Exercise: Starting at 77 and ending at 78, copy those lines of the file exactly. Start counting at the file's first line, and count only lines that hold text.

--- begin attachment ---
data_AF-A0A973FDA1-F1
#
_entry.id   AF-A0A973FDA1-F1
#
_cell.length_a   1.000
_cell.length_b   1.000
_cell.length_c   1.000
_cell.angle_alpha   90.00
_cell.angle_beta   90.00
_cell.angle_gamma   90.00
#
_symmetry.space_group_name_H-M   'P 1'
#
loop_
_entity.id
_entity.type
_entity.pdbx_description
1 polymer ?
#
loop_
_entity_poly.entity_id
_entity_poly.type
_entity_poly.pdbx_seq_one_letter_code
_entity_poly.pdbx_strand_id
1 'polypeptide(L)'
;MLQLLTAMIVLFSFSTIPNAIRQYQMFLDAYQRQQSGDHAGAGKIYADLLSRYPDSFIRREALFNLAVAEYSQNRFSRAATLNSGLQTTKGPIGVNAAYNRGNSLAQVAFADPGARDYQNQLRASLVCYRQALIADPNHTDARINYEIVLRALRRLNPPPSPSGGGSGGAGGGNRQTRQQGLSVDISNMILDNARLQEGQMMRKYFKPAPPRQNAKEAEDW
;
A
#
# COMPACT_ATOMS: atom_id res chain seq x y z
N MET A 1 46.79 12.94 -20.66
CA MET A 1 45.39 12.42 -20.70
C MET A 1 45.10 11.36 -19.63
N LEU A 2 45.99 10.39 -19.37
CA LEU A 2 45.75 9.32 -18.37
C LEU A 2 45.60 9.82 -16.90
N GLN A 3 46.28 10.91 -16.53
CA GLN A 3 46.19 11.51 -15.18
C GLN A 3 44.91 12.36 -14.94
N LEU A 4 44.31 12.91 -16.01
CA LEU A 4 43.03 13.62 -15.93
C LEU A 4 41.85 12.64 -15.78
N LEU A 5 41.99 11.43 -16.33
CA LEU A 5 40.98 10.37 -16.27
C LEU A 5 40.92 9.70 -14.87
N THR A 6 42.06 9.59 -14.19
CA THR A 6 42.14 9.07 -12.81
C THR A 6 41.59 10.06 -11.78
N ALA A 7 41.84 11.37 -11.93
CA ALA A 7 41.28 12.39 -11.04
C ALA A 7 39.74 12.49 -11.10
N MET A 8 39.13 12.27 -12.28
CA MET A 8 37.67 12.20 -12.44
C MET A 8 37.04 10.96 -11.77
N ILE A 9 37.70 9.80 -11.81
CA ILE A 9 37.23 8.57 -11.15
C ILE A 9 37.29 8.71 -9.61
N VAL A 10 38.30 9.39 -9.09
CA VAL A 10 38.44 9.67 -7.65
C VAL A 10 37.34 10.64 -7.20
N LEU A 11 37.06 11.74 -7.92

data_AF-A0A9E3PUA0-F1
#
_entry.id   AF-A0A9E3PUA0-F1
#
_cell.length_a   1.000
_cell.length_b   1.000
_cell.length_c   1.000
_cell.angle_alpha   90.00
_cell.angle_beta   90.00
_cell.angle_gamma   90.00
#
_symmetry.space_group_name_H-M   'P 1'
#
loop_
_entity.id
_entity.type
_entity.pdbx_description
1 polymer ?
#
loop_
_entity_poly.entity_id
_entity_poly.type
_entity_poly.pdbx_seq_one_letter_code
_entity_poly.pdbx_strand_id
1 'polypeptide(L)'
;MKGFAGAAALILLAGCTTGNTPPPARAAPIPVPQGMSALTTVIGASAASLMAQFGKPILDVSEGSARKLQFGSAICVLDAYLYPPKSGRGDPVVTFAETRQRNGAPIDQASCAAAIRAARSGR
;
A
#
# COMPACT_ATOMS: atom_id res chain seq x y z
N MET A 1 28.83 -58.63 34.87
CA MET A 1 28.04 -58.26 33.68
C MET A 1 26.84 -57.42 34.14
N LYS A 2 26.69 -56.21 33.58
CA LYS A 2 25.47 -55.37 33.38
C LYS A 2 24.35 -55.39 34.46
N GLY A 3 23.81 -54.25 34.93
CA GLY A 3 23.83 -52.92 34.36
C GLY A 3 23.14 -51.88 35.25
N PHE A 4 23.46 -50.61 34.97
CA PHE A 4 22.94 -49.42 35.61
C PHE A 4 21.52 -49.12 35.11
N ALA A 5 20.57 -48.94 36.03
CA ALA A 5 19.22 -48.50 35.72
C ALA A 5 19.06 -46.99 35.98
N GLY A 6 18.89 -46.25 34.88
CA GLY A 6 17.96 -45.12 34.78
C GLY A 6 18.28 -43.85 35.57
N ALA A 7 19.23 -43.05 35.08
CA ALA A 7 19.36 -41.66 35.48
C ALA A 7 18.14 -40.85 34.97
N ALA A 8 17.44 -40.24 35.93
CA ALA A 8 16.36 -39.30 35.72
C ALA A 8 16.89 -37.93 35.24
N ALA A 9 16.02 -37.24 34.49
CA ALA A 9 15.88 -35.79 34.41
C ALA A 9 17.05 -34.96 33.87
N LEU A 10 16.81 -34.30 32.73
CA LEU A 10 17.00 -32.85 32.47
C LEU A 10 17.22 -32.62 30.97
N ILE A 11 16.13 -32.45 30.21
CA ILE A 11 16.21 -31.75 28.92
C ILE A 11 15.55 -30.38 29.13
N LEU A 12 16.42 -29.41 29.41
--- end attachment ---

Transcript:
_entity.type
_entity.pdbx_description